When I moved to a little cottage in Devon a few years ago, I adopted the blacksmith’s forge in the garden as my writing office. Being even a few yards away from the house, means when I go to work each day, I walk out of my life and into the world I’m creating.
From one of the beams, I’ve hung an old witch ball on its iron chain that belonged to my great aunt. The fragile silver glass came unscathed through many house-moves and the bombing raids of World War II. Even when one house received a direct hit, flattening half of it, the witch ball was discovered still hanging from its hook, dusty but unmarked. My great aunt said that if a demon looked in through the window it would see its own face in the silver ball and flee in terror. So far, it’s worked! And if that doesn’t keep the demons at bay, maybe my gargoyles, grimacing out of the bushes, will.
Another object in my office is a pewter flagon, which plays a small but vital role in the thriller, The Drowned City. My flagon isn’t as old as 1606, but it does have one feature which the flagon in the novel doesn’t. Under the base is a pewter grid enclosing a pair of bone dice. Perhaps when drinking companions had emptied the flagon, they used the dice to decide which of them should buy a refill.
Whenever I can escape from my office, I have the dramatic and beautiful West Country landscape to explore – moors, cliffs, isolated coves and hidden valleys – but I’ve come to understand they change not just with the seasons, but by the hour. One minute, the moor or coast is sparkling in warm sunshine and the next it’s menacing, and potentially deadly as the mist rolls in, or the sun sets. The move to Devon has made me more conscious of forests, moors, and towns as living characters within my writing, not simply scenery. The places have moods, like people, sometimes friendly, but they can turn angry or vicious. No wonder the West County is steeped in legends about every granite tor or rocky cove – a pirate’s treasure chest of ideas for any writer. And because so many places still retain their old features, you can almost hear the ghosts whispering around you.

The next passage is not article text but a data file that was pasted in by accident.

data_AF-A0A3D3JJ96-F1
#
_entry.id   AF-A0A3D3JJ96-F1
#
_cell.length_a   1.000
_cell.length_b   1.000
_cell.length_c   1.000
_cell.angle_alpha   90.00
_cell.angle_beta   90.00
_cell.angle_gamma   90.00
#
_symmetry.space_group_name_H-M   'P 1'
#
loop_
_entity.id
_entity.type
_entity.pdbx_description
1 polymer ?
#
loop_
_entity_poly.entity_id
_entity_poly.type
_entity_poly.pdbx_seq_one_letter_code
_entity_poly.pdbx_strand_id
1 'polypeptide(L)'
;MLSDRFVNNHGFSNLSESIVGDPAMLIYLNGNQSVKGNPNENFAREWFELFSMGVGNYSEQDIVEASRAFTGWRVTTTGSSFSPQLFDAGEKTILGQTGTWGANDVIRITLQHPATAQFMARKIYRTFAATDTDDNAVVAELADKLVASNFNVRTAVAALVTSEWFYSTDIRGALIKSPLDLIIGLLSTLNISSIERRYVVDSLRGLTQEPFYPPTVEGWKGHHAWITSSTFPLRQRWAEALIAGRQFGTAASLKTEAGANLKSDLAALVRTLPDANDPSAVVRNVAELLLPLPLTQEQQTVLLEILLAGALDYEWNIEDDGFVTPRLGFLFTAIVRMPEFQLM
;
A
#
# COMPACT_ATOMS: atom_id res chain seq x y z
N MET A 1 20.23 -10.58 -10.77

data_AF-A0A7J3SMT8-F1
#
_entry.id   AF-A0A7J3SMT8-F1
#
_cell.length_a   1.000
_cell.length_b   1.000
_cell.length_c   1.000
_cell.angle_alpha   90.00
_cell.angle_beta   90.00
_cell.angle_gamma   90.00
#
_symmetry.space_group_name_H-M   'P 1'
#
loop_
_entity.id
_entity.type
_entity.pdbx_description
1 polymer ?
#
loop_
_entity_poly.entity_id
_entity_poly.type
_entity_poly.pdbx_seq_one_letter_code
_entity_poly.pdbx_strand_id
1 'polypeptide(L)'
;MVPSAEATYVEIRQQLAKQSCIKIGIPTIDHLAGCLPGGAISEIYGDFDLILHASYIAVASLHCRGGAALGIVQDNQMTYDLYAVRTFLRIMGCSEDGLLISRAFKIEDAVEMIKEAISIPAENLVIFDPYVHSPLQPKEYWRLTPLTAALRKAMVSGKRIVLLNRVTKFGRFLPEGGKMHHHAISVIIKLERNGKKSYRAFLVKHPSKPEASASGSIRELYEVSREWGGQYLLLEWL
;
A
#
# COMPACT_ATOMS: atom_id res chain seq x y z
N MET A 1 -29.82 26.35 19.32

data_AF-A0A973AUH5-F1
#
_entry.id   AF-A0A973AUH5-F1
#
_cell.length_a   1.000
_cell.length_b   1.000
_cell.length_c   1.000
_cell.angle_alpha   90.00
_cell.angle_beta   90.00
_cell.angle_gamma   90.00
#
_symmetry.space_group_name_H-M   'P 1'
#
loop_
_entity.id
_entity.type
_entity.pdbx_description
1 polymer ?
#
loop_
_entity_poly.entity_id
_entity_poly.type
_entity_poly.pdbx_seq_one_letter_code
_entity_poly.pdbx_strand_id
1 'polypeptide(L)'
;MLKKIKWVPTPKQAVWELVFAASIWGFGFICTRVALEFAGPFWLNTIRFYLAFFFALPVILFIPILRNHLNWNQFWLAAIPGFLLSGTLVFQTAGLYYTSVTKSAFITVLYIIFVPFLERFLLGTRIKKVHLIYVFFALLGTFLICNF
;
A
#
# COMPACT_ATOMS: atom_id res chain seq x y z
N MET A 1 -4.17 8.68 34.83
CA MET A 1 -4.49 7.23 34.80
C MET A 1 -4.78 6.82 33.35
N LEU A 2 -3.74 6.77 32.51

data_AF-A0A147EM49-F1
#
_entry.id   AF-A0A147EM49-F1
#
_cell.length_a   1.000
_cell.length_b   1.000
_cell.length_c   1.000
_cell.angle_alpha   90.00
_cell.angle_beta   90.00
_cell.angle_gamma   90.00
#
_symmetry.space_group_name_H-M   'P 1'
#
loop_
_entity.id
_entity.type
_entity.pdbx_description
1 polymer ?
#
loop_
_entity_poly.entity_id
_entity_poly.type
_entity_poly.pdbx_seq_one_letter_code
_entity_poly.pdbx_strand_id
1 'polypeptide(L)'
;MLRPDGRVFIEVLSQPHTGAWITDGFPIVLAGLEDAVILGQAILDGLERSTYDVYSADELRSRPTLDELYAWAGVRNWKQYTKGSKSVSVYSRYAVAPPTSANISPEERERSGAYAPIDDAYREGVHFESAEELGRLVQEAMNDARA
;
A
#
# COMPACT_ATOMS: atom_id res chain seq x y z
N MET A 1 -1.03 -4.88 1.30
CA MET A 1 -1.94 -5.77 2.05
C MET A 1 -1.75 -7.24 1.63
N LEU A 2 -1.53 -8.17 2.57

Blacksmiths were once regarded as sorcerers, because they possessed the alchemists’ secret of transforming the base elements of fire, earth and water into the iron tools on which everyone’s livelihood depended. I like to think novelists have a little in common with blacksmiths, taking the raw elements of words, research and imagination, and hammering them into a plot. And during those sticky moments, when the ideas won’t line up, or the scene has to be reshaped, the ghost of that old blacksmith standing behind me, reheating and hammering over and over again, keeps me pounding my keyboard. Sometimes, I swear I even glimpse his face in that witch ball.
K.J. Maitland has previously written eight medieval thrillers under the name of Karen Maitland, and also writes as one of the Medieval Murderers.